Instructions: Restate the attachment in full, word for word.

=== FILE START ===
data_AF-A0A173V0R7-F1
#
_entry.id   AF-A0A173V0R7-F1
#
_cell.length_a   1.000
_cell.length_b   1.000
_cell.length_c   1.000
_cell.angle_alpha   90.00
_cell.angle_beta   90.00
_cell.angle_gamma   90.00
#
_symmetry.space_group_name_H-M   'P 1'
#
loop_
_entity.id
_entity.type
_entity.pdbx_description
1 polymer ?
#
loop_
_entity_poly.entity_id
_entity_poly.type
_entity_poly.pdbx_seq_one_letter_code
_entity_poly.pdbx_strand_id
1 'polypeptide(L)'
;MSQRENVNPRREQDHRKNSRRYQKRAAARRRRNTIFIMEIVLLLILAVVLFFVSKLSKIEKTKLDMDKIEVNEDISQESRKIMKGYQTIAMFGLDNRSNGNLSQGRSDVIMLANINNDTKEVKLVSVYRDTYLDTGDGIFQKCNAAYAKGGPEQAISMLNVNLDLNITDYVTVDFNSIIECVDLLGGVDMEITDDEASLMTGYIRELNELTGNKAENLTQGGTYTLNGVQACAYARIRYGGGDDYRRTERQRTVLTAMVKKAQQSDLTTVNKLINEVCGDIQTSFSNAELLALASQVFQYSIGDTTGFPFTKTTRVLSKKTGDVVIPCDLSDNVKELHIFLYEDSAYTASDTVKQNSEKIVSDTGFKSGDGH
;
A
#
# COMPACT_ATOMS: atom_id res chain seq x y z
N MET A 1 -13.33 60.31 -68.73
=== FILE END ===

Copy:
data_AF-A0A173V0R7-F1
#
_entry.id   AF-A0A173V0R7-F1
#
_cell.length_a   1.000
_cell.length_b   1.000
_cell.length_c   1.000
_cell.angle_alpha   90.00
_cell.angle_beta   90.00
_cell.angle_gamma   90.00
#
_symmetry.space_group_name_H-M   'P 1'
#
loop_
_entity.id
_entity.type
_entity.pdbx_description
1 polymer ?
#
loop_
_entity_poly.entity_id
_entity_poly.type
_entity_poly.pdbx_seq_one_letter_code
_entity_poly.pdbx_strand_id
1 'polypeptide(L)'
;MSQRENVNPRREQDHRKNSRRYQKRAAARRRRNTIFIMEIVLLLILAVVLFFVSKLSKIEKTKLDMDKIEVNEDISQESRKIMKGYQTIAMFGLDNRSNGNLSQGRSDVIMLANINNDTKEVKLVSVYRDTYLDTGDGIFQKCNAAYAKGGPEQAISMLNVNLDLNITDYVTVDFNSIIECVDLLGGVDMEITDDEASLMTGYIRELNELTGNKAENLTQGGTYTLNGVQACAYARIRYGGGDDYRRTERQRTVLTAMVKKAQQSDLTTVNKLINEVCGDIQTSFSNAELLALASQVFQYSIGDTTGFPFTKTTRVLSKKTGDVVIPCDLSDNVKELHIFLYEDSAYTASDTVKQNSEKIVSDTGFKSGDGH
;
A
#
# COMPACT_ATOMS: atom_id res chain seq x y z
N MET A 1 -13.33 60.31 -68.73